The Evidence Of Faith’s Substance Looking for a good R-rated Book to read this Summer? How about the Old Testament
June 7, 2014
By Ed Croteau
Jeremiah 8:12 “Were they ashamed when they had committed abomination? No! They were not at all ashamed, nor did they know how to blush.”
‘Warning: This book contains scenes of murder, sexual content and strong violence’. In his lecture series on ‘Violence in the Old Testament’, Professor John Dickson, PhD in Ancient History at Macquarie University in Australia and director of the Centre for Public Christianity, explains that if we rated literature like we rate movies, the Old Testament would easily get at least an R-rating.
Consider just a few of the many R-rated biblical accounts. First, Cain murders his brother Abel out of jealousy and shows no remorse at all (Genesis 4). Second, the Philistines burn Samson’s wife and her father alive because he burned up their fields (Judges 15). Third, Sennacherib, King of Assyria, is murdered by his own sons while he is worshipping back in Nineveh in the temple (Isaiah 37).
And for a fourth example, there is the account of the origin of the nations of Moab and Ammon. Both the Moabites and the Ammonites are relatives of the Israelites, with their father being Lot, the main character in the famous biblical narrative of the destruction of Sodom and Gomorrah.
The R-rating comes in as we read the details in Genesis 19:30-38. The two daughters of Lot get their dad drunk and each takes turns sleeping with him. Each of the daughters ends up pregnant by their father, and the resulting children are named Moab and Ammon. Skeptics of the authenticity of this story can be convinced by the historical evidence of the close ethnicity of Moab and Ammon, while their kinship with the Israelites is proven by the linguistic evidence of the Moabite Stone (aka Mesha Stele).
Why would we have so much violence, bloodshed, and just plain wickedness in God’s Word? Because these accounts are true. The Old Testament is not science fiction. God tells it like it is. When we examine the authenticity of any piece of ancient literature, we apply two tests: 1) the Correspondence Test (do the recorded events have a strong basis in fact?), and 2) the Coherence Test (when all the facts and events are put together, are they consistent?).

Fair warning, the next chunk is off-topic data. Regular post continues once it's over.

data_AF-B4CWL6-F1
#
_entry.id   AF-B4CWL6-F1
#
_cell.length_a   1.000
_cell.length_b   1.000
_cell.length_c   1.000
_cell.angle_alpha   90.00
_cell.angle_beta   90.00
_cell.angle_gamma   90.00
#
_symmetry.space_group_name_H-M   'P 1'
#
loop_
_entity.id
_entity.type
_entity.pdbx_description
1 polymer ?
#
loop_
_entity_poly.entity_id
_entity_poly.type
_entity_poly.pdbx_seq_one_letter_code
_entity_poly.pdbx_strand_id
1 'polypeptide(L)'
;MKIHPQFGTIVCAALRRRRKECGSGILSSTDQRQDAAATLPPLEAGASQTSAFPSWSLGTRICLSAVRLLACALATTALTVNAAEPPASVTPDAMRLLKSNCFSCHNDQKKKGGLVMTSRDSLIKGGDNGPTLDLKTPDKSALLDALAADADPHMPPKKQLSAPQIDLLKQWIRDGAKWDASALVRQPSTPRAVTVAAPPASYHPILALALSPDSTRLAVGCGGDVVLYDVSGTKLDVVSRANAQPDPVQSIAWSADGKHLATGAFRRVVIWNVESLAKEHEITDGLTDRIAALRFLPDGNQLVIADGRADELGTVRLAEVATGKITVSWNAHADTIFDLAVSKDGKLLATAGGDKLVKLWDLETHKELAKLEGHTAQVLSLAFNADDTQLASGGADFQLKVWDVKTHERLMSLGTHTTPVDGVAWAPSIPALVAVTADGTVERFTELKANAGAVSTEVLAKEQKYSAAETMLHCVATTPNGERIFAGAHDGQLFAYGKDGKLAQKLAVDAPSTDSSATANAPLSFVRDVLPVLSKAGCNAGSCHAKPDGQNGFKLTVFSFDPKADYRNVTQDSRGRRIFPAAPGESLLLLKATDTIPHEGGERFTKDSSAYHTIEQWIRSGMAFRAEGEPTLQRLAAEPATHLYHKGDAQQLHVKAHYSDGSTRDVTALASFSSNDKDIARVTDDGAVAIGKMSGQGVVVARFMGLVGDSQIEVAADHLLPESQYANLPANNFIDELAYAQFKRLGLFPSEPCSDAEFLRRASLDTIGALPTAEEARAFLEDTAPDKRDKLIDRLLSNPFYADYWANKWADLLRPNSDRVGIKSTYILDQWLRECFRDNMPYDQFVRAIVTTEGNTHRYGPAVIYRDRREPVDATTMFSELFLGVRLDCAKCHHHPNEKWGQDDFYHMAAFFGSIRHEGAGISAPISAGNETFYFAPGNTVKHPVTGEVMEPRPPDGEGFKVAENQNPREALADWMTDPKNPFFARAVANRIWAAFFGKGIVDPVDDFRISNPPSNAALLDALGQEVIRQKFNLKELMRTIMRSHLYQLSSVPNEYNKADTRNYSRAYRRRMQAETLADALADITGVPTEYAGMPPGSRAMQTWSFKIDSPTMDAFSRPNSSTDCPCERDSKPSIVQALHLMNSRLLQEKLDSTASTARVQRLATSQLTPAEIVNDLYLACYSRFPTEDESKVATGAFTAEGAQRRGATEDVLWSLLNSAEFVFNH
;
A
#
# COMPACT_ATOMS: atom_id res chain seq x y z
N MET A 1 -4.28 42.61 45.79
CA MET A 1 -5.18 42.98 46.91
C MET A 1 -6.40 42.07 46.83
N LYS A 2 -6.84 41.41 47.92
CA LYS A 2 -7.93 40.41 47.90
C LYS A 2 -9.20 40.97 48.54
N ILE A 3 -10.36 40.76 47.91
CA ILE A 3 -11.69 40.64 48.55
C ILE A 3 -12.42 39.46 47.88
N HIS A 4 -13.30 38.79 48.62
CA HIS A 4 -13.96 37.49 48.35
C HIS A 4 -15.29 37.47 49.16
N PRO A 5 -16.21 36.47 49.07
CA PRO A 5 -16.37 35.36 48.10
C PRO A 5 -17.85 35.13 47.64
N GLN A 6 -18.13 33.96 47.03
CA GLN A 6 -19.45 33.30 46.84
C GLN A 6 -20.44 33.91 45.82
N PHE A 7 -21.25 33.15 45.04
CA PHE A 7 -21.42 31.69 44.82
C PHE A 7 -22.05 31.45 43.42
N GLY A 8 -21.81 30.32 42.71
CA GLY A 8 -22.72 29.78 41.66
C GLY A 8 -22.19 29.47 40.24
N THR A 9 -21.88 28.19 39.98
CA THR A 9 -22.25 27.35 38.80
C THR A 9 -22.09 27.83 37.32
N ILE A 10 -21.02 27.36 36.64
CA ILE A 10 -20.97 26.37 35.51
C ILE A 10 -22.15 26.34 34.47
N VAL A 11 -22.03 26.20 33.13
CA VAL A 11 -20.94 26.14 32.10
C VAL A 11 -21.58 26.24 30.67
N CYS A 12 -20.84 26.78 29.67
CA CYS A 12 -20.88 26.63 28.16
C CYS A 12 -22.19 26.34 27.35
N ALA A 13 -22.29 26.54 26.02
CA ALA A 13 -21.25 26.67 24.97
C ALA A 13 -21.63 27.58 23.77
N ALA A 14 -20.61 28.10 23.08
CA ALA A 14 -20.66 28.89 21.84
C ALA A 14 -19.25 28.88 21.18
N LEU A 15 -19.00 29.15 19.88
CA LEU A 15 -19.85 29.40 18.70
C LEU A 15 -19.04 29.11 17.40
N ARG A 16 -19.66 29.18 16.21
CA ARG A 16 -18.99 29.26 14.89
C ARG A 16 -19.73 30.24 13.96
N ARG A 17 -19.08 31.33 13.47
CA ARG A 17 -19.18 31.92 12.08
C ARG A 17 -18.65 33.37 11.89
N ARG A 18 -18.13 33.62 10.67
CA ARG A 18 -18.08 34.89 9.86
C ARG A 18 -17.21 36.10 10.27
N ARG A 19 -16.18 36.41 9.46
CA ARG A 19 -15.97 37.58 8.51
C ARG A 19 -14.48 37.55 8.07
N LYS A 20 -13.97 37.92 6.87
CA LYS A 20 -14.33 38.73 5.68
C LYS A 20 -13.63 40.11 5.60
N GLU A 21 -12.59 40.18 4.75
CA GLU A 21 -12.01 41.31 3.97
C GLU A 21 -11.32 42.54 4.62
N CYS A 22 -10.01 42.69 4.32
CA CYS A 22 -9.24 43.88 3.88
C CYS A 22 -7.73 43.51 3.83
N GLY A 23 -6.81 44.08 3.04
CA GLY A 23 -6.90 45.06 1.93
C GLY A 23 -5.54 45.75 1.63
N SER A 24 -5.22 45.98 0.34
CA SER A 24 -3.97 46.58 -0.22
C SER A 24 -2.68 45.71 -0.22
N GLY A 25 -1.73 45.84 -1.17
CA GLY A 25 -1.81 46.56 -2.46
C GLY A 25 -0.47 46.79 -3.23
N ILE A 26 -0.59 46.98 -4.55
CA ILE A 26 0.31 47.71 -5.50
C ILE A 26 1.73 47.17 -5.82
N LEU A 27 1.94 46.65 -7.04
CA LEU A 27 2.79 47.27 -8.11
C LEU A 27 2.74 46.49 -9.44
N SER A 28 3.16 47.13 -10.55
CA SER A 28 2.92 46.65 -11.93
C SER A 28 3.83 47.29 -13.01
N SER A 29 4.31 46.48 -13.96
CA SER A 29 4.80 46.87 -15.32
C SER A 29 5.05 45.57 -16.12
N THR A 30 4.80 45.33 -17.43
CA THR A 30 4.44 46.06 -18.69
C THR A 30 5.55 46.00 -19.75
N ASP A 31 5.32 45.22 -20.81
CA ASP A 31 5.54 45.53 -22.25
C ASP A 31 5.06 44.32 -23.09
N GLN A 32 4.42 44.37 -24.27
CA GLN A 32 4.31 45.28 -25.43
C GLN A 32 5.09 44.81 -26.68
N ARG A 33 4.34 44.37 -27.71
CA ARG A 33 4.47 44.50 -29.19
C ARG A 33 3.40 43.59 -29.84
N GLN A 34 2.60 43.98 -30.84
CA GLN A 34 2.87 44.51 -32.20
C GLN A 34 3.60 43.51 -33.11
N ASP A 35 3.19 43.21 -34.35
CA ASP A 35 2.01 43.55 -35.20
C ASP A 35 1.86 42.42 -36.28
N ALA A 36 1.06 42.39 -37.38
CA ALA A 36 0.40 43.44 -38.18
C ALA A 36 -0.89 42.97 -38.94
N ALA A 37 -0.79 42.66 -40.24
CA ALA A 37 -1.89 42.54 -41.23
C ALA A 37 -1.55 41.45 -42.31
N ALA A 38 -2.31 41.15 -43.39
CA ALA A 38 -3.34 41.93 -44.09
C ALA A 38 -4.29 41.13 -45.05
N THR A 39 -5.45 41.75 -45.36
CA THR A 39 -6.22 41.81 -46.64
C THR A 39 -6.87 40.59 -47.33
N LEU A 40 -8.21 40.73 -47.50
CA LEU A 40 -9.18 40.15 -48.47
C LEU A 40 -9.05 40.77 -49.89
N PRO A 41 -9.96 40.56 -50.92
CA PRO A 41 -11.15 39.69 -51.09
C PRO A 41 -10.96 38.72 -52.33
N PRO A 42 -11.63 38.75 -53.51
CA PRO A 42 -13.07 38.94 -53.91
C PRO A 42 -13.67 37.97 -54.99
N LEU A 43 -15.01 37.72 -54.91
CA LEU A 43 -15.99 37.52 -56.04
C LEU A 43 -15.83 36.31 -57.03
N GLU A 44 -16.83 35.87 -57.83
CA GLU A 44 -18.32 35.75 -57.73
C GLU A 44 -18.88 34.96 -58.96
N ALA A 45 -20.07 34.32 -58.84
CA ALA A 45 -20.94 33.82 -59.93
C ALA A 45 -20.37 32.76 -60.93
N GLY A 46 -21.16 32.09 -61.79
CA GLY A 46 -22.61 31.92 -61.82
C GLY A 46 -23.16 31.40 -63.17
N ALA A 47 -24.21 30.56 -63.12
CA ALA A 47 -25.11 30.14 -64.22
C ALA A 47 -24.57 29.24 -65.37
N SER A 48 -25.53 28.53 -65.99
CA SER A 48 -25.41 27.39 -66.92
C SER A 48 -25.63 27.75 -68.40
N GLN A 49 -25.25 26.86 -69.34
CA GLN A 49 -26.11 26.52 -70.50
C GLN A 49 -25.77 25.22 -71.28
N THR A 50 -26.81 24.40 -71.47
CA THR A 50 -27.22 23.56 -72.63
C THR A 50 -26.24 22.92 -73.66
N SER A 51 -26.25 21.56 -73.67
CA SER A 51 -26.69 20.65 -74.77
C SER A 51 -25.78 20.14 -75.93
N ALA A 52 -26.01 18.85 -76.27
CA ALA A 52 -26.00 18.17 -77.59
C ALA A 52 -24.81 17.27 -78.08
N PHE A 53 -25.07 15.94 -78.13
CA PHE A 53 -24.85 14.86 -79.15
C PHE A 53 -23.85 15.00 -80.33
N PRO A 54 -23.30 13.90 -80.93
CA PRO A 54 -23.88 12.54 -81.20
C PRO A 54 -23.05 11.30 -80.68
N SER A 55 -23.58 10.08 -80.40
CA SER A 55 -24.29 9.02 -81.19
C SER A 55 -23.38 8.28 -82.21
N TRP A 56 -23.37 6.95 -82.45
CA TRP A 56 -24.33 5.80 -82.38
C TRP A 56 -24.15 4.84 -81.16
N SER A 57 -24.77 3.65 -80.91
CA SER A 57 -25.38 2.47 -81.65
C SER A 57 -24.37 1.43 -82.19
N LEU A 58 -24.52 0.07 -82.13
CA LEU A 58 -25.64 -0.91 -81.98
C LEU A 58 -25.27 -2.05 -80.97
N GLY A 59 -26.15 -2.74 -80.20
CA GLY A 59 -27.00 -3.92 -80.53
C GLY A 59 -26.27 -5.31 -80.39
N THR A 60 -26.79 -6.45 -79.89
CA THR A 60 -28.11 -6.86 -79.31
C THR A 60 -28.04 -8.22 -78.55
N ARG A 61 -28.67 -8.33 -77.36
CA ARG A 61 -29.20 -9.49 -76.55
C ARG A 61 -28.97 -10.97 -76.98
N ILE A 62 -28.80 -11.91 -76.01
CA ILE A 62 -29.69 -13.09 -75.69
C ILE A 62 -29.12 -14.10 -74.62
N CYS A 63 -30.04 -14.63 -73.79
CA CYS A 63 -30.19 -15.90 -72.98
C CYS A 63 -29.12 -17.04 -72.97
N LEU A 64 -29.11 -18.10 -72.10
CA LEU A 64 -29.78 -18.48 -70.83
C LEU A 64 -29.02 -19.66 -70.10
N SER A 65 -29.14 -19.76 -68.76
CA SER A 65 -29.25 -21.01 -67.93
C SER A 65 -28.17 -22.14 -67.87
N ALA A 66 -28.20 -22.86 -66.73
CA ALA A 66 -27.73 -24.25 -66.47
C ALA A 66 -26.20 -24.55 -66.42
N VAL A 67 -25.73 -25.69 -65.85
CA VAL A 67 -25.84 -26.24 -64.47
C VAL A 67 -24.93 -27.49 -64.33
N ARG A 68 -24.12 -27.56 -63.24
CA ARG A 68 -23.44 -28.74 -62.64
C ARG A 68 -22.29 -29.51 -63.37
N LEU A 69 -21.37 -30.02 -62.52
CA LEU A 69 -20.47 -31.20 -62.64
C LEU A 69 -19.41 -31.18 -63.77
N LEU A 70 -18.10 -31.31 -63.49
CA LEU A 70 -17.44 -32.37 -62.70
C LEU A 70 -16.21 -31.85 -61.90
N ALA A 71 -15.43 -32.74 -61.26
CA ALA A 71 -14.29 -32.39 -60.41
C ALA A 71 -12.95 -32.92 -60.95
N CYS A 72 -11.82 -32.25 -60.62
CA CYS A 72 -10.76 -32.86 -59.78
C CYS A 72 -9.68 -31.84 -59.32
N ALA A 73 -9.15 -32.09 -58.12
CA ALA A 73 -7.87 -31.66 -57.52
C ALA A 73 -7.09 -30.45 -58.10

There is a consistent theme throughout the Old Testament that is based in reality, that anyone reading it cannot miss: humans by their nature are wicked. We are all capable of the most wicked things imaginable. And we are unable to fix this condition ourselves. Why is this easy for us to grasp? We see it today being played out in our own culture. Nothing has changed. The Bible conforms to the truth about ourselves.
But then Jesus Himself said something remarkable in John 5:39 – “You search the Scriptures, for in them you think you have eternal life; and these are they which testify of Me.” When He said this, there was no New Testament yet. He was referring to the Old Testament! So Jesus was emphasizing that mans’ hope that there is a better life that transcends the man-made wickedness of this life can be found by studying the Old Testament, because this book testifies to a Person who is coming, who will on His own solve the sin problem and free man from the guilt of his wickedness. But Jesus, of course, goes further and offends everybody – because He says this Person who is the hope of mankind is Him, standing in front of them!
In Isaiah 53:6, it says “All we (mankind) like sheep have gone astray; we have turned, every one, to his own way; and the Lord has laid on Him the sins of us all.” That was written around 730 BC. In John 1:29, as John the Baptist sees Jesus approaching him by the Jordan River, look how John describes Jesus to the crowds surrounding him: “Behold! The Lamb of God who takes away the sins of the world!”
Yes, the Old Testament is great reading if you are hooked on R-rated literature. There’s enough blood, sex and gore to satisfy you. But the point of the Old Testament is much more than just to show mankind for who they really are. If you are honestly seeking how the guilt of that same R-ratedness in your own heart can be forgiven, and how you can start over and leave your past behind, Jesus Christ invites you to apply those tests of correspondence and coherence to Himself.
He promises He has the power and authority to not only forgive and cleanse you of your sin, but in His own words, to give you a new life that lasts for eternity: “I have come that they may have (eternal) life, and that they may have it more abundantly.”
Ed Croteau is a resident of Lee’s Summit and hosts a weekly study in Lees Summit called “Faith: Substance and Evidence”. He can be reached with your questions through the Lee's Summit Tribune, and you can friend him on Facebook.